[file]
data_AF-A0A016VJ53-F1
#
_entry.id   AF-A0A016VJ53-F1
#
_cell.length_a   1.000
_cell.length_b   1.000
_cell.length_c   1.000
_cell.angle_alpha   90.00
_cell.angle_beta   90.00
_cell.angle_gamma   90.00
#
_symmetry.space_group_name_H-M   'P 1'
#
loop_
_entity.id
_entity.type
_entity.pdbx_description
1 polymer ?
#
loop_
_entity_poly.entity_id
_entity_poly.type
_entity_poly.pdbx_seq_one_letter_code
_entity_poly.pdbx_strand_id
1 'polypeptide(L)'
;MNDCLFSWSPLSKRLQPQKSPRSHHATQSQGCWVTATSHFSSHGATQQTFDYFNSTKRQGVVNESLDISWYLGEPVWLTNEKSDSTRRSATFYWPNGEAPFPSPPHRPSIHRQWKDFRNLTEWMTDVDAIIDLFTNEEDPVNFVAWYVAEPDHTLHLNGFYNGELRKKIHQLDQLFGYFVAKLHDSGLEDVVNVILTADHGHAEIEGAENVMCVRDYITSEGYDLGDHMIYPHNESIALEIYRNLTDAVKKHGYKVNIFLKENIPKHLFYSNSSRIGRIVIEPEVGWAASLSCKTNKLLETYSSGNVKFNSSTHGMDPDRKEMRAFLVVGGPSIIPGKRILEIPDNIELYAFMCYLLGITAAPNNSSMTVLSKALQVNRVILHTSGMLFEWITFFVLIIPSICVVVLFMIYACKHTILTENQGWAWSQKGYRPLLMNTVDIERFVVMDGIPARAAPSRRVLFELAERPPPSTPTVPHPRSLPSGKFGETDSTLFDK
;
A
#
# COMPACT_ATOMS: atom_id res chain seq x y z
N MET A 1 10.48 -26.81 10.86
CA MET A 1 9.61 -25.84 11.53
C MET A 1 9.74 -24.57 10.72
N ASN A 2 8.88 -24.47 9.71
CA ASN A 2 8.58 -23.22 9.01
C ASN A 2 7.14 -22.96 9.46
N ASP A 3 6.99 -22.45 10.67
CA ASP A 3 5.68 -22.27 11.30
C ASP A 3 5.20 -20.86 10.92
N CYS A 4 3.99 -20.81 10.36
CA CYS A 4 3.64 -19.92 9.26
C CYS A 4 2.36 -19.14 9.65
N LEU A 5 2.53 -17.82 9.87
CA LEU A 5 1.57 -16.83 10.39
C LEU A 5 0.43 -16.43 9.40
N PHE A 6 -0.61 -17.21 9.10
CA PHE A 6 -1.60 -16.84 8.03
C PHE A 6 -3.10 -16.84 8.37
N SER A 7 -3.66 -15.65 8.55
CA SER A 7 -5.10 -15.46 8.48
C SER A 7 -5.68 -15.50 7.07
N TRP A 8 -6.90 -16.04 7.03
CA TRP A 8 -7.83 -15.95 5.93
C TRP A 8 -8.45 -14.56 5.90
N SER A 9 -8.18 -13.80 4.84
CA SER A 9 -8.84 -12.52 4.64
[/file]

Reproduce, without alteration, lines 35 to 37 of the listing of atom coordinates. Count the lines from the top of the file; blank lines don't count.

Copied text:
CA ASN A 2 8.58 -23.22 9.01
C ASN A 2 7.14 -22.96 9.46
N ASP A 3 6.99 -22.45 10.67